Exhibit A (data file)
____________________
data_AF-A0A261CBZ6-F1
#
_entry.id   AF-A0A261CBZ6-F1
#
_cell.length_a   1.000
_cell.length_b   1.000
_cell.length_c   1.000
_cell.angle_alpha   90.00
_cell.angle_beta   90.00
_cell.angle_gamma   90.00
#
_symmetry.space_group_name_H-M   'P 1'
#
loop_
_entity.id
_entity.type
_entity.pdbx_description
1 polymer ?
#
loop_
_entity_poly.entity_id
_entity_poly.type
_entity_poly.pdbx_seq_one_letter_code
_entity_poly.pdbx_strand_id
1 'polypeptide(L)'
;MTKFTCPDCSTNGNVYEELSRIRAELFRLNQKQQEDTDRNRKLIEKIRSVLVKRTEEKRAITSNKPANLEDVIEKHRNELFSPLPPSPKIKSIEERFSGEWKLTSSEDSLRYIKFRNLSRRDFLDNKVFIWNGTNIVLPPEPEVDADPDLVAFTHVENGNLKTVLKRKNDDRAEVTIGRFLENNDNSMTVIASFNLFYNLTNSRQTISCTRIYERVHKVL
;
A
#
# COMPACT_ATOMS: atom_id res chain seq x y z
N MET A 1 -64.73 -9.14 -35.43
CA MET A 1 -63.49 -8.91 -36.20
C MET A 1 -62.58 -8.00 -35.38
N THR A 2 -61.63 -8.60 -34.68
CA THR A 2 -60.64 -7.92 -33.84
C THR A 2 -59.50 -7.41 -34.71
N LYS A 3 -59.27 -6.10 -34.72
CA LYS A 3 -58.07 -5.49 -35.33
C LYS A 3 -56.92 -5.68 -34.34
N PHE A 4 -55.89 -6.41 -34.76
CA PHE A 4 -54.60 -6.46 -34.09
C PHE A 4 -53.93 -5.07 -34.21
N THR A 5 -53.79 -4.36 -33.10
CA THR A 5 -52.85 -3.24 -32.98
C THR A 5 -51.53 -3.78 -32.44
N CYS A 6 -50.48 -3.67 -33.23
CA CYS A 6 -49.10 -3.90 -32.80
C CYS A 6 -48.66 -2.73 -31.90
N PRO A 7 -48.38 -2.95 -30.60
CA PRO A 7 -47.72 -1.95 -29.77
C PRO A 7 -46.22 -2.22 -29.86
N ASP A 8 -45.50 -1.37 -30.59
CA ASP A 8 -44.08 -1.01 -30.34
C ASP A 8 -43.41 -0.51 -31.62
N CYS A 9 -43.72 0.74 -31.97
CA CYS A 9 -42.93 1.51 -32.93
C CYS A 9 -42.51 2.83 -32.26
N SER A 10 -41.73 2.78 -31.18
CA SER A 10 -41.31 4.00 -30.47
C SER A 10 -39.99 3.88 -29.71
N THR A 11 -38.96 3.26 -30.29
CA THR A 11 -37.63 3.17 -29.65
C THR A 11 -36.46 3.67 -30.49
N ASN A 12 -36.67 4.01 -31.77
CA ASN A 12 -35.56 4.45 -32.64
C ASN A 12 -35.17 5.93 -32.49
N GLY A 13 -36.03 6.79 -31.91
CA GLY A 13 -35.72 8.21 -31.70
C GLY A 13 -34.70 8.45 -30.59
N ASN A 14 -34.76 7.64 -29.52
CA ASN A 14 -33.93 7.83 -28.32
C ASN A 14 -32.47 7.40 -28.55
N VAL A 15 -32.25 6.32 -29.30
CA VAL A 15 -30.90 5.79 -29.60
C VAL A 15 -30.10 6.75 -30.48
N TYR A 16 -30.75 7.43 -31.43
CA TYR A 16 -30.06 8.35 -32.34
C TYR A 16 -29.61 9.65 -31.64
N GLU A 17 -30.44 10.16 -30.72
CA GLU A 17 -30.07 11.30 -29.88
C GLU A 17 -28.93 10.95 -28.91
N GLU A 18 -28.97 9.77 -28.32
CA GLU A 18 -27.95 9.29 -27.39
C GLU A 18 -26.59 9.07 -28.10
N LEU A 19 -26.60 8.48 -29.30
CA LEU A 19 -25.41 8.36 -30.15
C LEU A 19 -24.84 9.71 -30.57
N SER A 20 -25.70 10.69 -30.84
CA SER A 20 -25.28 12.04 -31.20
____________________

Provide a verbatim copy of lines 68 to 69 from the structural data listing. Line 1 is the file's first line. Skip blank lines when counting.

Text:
CA GLY A 13 -35.72 8.21 -31.70
C GLY A 13 -34.70 8.45 -30.59